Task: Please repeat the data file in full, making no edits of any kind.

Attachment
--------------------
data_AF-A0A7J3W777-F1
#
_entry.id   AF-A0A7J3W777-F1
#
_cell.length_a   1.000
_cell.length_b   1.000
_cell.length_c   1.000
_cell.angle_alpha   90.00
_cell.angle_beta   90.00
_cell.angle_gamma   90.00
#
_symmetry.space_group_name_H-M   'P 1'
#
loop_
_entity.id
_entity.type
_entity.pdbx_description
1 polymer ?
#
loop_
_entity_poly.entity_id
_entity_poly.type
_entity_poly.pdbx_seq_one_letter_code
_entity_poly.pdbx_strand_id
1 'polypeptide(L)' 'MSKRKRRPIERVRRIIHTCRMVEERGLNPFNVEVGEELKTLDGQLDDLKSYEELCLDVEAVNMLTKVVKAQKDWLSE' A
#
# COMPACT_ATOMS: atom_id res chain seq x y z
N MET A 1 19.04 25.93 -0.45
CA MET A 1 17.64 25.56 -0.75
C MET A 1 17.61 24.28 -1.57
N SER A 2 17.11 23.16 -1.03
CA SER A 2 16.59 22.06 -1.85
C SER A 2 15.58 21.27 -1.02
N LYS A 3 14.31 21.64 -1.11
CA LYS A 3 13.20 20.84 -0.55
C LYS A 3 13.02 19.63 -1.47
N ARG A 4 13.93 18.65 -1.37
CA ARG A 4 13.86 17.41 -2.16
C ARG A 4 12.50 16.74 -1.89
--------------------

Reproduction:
data_AF-A0A7J3W777-F1
#
_entry.id   AF-A0A7J3W777-F1
#
_cell.length_a   1.000
_cell.length_b   1.000
_cell.length_c   1.000
_cell.angle_alpha   90.00
_cell.angle_beta   90.00
_cell.angle_gamma   90.00
#
_symmetry.space_group_name_H-M   'P 1'
#
loop_
_entity.id
_entity.type
_entity.pdbx_description
1 polymer ?
#
loop_
_entity_poly.entity_id
_entity_poly.type
_entity_poly.pdbx_seq_one_letter_code
_entity_poly.pdbx_strand_id
1 'polypeptide(L)' 'MSKRKRRPIERVRRIIHTCRMVEERGLNPFNVEVGEELKTLDGQLDDLKSYEELCLDVEAVNMLTKVVKAQKDWLSE' A
#
# COMPACT_ATOMS: atom_id res chain seq x y z
N MET A 1 19.04 25.93 -0.45
CA MET A 1 17.64 25.56 -0.75
C MET A 1 17.61 24.28 -1.57
N SER A 2 17.11 23.16 -1.03
CA SER A 2 16.59 22.06 -1.85
C SER A 2 15.58 21.27 -1.02
N LYS A 3 14.31 21.64 -1.11
CA LYS A 3 13.20 20.84 -0.55
C LYS A 3 13.02 19.63 -1.47
N ARG A 4 13.93 18.65 -1.37
CA ARG A 4 13.86 17.41 -2.16
C ARG A 4 12.50 16.74 -1.89